Please pray these seeds of faith grow. Pray for this woman who boldly professes the gospel in spite of family and cultural rejection.

Next, our guide took us to another one-room home. There, a man and his 19-year-old son heard about Jesus. As Keith presented, I prayed. Both of the men listened, but afterwards they looked at each other and asked what to do. The young man wanted to respond, but without his father he wouldn’t commit.

In their culture, the religious, cultural, economic, politi­cal and even family systems are tied together. When you invite someone to follow Christ, you essentially ask them to remove themselves from all that—much like removing a single thread from a sweater.

The next day was a turning point for our team. The local pastor and translator had planned a few visits, but God had planned something special.

The first visit was with a Hindu woman and a college-aged man. The pastor introduced us and indicated that the woman had been waiting for us to come, and that she was ready to accept Christ.

Keith led her in a beautiful prayer of dedication.

Afterwards I asked her how she felt.

“Very happy,” she said.

We shared some Scripture with her and prayed for her to grow strong in the Lord.

Pastor Saroj said he had been witnessing to her for eight years.

Eight years.


My Nepali brother, Pastor Timothy

This serves as a perfect example of some sowing and some harvesting. God had been working on her for quite some time. There also is inspiration for us to draw here. Don’t give up praying and witnessing for your lost loved ones.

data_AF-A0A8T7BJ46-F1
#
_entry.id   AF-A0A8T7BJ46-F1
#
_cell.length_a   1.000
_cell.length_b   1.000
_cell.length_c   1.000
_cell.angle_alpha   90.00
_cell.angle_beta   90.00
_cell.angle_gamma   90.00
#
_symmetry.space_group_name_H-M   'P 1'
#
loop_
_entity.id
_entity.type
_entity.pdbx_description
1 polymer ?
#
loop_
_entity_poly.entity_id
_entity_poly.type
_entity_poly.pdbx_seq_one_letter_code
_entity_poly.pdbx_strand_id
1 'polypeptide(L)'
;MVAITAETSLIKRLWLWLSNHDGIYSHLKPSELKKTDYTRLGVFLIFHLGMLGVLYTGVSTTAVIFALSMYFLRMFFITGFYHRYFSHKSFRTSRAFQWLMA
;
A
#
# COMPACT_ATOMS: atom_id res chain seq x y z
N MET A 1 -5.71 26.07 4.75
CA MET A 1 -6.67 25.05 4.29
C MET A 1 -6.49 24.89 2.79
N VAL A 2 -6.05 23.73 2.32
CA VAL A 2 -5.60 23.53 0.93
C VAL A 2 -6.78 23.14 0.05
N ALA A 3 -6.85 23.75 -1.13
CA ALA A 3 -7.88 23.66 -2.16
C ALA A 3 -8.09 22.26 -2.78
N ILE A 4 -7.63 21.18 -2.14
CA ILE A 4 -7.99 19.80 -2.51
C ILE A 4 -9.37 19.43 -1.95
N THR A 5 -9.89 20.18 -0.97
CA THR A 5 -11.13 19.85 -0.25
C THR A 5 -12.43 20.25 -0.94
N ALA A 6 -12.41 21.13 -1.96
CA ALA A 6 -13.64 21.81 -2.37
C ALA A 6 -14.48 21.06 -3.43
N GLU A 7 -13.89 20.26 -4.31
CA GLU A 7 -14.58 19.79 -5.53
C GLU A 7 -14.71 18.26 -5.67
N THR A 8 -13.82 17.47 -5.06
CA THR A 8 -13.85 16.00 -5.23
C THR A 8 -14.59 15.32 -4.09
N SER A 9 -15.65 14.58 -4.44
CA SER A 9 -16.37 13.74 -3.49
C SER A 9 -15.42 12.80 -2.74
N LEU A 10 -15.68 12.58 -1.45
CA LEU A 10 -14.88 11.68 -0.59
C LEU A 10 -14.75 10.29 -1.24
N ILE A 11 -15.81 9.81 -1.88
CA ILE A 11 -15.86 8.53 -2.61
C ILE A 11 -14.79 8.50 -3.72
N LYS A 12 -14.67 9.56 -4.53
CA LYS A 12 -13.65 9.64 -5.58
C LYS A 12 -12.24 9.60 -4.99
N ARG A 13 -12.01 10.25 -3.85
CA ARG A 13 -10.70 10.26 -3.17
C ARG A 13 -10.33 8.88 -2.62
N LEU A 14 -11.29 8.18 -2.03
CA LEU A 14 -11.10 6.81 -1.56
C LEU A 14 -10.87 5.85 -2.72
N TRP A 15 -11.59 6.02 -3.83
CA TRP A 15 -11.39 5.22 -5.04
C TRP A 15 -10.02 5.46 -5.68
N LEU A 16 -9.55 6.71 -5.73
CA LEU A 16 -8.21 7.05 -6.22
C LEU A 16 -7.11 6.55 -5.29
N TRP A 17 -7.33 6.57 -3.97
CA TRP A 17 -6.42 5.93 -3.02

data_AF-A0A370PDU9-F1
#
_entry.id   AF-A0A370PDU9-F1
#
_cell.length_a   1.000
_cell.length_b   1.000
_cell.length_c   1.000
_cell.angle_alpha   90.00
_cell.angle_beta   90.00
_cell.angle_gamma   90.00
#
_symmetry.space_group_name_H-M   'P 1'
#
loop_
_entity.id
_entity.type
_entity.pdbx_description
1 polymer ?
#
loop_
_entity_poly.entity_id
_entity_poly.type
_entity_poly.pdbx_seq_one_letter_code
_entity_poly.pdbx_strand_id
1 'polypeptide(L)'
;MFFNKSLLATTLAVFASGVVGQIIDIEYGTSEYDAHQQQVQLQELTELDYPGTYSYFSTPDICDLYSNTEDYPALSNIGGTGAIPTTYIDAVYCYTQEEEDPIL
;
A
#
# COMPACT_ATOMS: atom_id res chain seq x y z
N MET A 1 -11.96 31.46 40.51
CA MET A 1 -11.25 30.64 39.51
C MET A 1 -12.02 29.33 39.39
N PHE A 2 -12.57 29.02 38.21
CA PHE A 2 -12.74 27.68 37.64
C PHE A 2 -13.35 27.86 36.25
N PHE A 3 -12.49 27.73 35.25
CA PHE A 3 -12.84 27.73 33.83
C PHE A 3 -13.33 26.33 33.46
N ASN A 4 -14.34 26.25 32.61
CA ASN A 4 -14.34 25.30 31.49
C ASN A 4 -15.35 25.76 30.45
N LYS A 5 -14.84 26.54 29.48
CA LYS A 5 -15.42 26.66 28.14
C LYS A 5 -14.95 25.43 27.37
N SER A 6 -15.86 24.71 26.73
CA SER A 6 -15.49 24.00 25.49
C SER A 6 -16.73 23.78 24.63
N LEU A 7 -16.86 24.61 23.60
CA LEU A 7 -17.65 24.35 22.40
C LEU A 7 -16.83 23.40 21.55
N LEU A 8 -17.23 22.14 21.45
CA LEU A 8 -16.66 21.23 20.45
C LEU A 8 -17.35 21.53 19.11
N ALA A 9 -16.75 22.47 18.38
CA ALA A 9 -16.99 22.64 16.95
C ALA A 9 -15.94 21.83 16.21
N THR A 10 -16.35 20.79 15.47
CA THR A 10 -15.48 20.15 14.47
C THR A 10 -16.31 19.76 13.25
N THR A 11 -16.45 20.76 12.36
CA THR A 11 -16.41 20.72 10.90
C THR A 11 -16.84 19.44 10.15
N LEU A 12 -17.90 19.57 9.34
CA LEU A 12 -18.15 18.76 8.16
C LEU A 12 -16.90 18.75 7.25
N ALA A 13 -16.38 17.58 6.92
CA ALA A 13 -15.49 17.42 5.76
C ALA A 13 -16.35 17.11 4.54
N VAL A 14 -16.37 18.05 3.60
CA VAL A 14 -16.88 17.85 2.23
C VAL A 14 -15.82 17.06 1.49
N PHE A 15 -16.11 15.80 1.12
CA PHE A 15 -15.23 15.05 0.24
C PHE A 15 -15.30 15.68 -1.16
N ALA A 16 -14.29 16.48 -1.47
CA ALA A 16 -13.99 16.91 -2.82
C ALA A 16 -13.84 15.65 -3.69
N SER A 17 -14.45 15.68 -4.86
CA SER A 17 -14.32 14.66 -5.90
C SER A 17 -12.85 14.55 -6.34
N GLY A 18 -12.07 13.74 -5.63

Over the course of this mission, six teams witnessed to many people in and across the Kathmandu valley. In schools. In the mountains. In the slums.

There are many stories that could be told about the trip, yet the most important one is that we have nearly 200 new brothers and sisters in Christ who we will one day meet again in eternity and share another meal…the marriage supper of the Lamb.

Many years ago, before I was a father, I began thinking deeply about my family legacy. One thing I read has led to my intentionality today and one reason why I enjoy blogging about fatherhood.

A November 2010 article about being a Christmas Dad by pastor and teacher, Mark Driscoll, is something I circle back to every Christmas/Advent season.

It has helped me set and keep Christ-honoring family traditions, hopefully leading to fun and solid spiritual memories for my wife and kids as well as ease the stress of the holidays on my wife…

Christmas Daddy Tips

A dad needs …

  1. … a plan for the holidays to ensure his family is loved and memories are made. Dad, what’s your plan?
  2. … to ensure his family is giving generously during the holidays. Dad, who in need is your family going to adopt, bless, and serve?